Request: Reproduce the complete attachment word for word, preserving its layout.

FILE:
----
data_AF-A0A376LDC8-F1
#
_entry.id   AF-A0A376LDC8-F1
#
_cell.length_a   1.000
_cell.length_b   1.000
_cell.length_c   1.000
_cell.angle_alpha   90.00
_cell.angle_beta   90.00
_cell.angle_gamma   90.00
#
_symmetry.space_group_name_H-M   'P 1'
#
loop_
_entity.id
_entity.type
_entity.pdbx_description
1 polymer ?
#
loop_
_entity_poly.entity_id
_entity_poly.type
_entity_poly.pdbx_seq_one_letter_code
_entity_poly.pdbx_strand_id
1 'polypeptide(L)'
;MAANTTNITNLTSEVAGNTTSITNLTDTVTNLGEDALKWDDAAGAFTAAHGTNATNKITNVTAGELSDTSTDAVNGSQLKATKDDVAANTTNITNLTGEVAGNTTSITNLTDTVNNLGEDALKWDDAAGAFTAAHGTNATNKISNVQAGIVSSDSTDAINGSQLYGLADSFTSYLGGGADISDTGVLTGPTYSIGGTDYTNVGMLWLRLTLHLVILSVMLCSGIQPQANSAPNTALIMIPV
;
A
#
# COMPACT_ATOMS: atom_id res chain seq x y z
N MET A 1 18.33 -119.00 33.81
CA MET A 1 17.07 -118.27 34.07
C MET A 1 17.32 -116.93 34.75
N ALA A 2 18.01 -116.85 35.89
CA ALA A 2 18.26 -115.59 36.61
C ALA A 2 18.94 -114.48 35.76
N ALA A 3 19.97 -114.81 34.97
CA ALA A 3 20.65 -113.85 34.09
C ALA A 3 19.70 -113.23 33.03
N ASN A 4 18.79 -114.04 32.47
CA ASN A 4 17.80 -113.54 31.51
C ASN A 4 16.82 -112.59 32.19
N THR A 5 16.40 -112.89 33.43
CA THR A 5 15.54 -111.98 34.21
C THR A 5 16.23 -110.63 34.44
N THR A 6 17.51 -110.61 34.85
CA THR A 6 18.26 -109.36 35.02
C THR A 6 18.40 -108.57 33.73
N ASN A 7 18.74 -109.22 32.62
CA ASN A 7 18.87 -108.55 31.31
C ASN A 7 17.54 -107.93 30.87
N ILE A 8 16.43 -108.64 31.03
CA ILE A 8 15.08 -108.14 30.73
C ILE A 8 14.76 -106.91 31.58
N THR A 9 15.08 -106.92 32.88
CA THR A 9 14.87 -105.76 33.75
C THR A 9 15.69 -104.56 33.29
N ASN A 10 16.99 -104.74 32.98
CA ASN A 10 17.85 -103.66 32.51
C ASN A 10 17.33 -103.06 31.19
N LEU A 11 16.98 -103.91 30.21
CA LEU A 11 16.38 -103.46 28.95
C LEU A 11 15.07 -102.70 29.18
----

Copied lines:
data_AF-A0A376LDC8-F1
#
_entry.id   AF-A0A376LDC8-F1
#
_cell.length_a   1.000
_cell.length_b   1.000
_cell.length_c   1.000
_cell.angle_alpha   90.00
_cell.angle_beta   90.00
_cell.angle_gamma   90.00
#
_symmetry.space_group_name_H-M   'P 1'
#
loop_
_entity.id
_entity.type
_entity.pdbx_description
1 polymer ?
#
loop_
_entity_poly.entity_id
_entity_poly.type
_entity_poly.pdbx_seq_one_letter_code
_entity_poly.pdbx_strand_id
1 'polypeptide(L)'
;MAANTTNITNLTSEVAGNTTSITNLTDTVTNLGEDALKWDDAAGAFTAAHGTNATNKITNVTAGELSDTSTDAVNGSQLKATKDDVAANTTNITNLTGEVAGNTTSITNLTDTVNNLGEDALKWDDAAGAFTAAHGTNATNKISNVQAGIVSSDSTDAINGSQLYGLADSFTSYLGGGADISDTGVLTGPTYSIGGTDYTNVGMLWLRLTLHLVILSVMLCSGIQPQANSAPNTALIMIPV
;
A
#
# COMPACT_ATOMS: atom_id res chain seq x y z
N MET A 1 18.33 -119.00 33.81
CA MET A 1 17.07 -118.27 34.07
C MET A 1 17.32 -116.93 34.75
N ALA A 2 18.01 -116.85 35.89
CA ALA A 2 18.26 -115.59 36.61
C ALA A 2 18.94 -114.48 35.76
N ALA A 3 19.97 -114.81 34.97
CA ALA A 3 20.65 -113.85 34.09
C ALA A 3 19.70 -113.23 33.03
N ASN A 4 18.79 -114.04 32.47
CA ASN A 4 17.80 -113.54 31.51
C ASN A 4 16.82 -112.59 32.19
N THR A 5 16.40 -112.89 33.43
CA THR A 5 15.54 -111.98 34.21
C THR A 5 16.23 -110.63 34.44
N THR A 6 17.51 -110.61 34.85
CA THR A 6 18.26 -109.36 35.02
C THR A 6 18.40 -108.57 33.73
N ASN A 7 18.74 -109.22 32.62
CA ASN A 7 18.87 -108.55 31.31
C ASN A 7 17.54 -107.93 30.87
N ILE A 8 16.43 -108.64 31.03
CA ILE A 8 15.08 -108.14 30.73
C ILE A 8 14.76 -106.91 31.58
N THR A 9 15.08 -106.92 32.88
CA THR A 9 14.87 -105.76 33.75
C THR A 9 15.69 -104.56 33.29
N ASN A 10 16.99 -104.74 32.98
CA ASN A 10 17.85 -103.66 32.51
C ASN A 10 17.33 -103.06 31.19
N LEU A 11 16.98 -103.91 30.21
CA LEU A 11 16.38 -103.46 28.95
C LEU A 11 15.07 -102.70 29.18